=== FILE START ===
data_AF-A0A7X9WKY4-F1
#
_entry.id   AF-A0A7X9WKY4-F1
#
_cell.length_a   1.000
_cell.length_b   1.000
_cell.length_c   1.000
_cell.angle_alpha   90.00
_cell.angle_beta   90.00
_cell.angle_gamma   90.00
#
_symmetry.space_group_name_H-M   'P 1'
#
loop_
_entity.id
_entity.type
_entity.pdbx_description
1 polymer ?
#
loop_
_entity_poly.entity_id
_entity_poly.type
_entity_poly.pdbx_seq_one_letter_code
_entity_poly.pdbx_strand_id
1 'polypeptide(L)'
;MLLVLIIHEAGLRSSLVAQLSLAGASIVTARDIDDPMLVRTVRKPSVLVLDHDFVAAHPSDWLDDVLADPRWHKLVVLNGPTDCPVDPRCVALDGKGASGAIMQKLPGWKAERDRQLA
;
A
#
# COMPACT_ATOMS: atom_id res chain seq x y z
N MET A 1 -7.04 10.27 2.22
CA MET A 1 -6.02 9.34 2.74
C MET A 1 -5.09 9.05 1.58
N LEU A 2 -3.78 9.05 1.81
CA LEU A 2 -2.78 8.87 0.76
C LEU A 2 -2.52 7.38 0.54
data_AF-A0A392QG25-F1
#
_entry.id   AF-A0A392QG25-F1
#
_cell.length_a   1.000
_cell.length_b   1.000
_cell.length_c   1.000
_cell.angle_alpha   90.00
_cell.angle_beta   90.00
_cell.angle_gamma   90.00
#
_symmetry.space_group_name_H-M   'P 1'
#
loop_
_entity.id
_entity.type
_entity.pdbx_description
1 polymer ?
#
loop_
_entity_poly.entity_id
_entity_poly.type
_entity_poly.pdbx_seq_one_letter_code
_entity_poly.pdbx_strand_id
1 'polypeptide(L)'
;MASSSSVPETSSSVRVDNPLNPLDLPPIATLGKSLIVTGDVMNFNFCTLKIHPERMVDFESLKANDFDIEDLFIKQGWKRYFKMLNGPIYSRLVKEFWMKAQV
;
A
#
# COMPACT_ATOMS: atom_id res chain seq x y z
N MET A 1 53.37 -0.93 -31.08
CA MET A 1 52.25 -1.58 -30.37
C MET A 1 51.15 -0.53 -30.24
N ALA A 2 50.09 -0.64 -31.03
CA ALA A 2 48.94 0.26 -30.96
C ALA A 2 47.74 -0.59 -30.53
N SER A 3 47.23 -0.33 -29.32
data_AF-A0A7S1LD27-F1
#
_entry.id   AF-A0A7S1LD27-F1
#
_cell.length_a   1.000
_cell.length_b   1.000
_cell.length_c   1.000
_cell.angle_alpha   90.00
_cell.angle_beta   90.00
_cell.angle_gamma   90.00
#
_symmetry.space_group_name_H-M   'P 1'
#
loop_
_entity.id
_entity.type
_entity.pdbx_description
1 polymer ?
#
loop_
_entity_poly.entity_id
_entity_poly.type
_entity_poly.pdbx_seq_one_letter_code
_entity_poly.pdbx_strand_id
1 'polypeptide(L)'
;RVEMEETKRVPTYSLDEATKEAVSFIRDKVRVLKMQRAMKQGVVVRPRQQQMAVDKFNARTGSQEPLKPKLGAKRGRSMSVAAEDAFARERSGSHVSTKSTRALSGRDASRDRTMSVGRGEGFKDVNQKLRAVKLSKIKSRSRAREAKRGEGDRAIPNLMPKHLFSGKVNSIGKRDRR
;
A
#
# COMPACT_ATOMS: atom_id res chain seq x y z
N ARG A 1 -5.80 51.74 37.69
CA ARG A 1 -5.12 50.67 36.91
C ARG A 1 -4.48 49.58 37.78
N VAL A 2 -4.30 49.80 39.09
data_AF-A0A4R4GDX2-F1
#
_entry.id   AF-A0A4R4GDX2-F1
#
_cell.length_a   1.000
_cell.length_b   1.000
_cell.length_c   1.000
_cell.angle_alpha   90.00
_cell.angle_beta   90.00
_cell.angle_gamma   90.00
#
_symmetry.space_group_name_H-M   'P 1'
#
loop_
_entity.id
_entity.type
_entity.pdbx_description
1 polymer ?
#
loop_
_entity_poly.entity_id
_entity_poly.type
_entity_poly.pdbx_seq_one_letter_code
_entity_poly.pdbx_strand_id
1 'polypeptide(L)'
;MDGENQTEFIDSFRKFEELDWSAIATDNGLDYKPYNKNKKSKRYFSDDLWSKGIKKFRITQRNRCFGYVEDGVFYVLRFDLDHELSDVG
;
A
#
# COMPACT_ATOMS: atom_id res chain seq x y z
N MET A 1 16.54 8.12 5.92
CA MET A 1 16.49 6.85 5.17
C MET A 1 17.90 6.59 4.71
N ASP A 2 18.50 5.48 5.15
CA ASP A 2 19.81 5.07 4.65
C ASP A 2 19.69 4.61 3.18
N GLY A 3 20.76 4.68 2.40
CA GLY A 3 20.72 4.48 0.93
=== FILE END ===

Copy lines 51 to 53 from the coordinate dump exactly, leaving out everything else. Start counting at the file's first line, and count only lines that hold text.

_entity.id
_entity.type
_entity.pdbx_description